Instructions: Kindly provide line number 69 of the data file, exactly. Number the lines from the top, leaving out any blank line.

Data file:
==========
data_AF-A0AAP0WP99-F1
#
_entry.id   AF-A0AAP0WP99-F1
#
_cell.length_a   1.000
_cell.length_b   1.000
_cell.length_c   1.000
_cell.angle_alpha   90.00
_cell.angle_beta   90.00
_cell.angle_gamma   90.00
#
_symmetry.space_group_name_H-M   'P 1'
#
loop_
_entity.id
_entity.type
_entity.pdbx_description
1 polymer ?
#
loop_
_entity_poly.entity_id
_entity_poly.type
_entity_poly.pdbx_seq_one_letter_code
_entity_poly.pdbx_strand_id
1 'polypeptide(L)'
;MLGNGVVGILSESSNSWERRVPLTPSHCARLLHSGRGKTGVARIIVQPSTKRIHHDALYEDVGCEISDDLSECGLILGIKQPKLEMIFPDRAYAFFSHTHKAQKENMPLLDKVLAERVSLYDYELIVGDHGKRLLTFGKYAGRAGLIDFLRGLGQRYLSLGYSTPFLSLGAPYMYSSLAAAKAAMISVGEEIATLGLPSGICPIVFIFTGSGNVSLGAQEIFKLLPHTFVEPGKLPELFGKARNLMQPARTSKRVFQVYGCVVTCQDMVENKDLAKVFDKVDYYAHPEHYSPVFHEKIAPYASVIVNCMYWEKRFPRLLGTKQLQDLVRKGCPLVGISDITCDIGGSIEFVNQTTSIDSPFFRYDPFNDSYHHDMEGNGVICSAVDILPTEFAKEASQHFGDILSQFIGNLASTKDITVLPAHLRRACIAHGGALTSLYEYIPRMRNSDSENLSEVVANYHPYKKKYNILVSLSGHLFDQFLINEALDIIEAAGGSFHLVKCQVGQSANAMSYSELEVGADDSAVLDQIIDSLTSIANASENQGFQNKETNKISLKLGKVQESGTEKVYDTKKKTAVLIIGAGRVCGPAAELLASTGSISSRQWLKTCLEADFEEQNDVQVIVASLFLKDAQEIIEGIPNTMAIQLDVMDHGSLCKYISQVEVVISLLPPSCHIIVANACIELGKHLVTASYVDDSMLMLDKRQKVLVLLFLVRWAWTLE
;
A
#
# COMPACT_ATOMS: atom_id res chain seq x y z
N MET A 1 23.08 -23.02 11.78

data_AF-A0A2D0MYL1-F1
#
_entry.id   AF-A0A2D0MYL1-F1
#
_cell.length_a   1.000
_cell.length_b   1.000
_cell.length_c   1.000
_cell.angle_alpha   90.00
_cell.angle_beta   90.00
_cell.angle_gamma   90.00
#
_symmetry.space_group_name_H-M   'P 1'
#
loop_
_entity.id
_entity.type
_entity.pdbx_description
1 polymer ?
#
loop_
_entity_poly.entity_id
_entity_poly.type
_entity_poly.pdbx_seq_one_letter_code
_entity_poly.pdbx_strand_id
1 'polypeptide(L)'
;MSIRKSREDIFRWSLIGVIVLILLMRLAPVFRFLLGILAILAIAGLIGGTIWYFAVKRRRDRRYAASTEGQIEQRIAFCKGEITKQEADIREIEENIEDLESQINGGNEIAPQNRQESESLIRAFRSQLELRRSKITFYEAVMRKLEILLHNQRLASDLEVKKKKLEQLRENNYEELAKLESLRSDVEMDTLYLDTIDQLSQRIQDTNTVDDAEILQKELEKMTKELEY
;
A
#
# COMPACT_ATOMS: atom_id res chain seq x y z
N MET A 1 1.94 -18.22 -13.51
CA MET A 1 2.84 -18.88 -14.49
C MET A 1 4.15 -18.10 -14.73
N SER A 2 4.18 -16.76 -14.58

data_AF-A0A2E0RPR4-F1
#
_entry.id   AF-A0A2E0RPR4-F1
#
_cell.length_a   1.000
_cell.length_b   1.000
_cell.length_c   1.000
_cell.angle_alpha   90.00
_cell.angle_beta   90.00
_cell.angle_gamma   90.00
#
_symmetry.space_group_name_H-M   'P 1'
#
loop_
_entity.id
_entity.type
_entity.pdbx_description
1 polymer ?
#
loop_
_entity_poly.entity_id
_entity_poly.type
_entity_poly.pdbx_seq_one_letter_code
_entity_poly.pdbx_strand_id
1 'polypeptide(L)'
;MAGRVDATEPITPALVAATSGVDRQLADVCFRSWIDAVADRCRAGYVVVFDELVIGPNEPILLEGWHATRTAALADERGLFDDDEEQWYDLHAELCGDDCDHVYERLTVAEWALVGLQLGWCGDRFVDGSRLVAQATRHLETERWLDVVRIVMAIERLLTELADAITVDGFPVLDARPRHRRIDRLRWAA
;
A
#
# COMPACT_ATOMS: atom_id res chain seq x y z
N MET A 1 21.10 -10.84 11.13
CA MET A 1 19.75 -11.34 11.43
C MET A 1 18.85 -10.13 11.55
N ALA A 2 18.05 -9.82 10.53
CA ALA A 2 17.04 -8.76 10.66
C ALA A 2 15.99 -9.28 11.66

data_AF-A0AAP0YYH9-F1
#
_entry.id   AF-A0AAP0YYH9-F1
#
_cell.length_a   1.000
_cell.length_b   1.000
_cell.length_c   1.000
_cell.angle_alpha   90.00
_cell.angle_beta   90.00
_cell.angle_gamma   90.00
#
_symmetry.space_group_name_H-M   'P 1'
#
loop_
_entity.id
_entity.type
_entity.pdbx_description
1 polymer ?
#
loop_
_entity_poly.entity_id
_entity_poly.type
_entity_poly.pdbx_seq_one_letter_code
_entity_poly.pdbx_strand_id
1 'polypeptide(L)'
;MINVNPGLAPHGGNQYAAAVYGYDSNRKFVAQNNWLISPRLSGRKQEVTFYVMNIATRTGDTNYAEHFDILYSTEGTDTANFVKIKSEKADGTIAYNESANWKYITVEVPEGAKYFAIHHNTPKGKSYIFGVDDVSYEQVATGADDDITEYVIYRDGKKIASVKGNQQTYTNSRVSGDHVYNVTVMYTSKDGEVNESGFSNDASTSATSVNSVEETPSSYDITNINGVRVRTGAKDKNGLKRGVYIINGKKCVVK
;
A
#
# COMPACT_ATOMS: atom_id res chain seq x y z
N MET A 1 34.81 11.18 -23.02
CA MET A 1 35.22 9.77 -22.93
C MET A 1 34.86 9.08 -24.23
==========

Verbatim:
#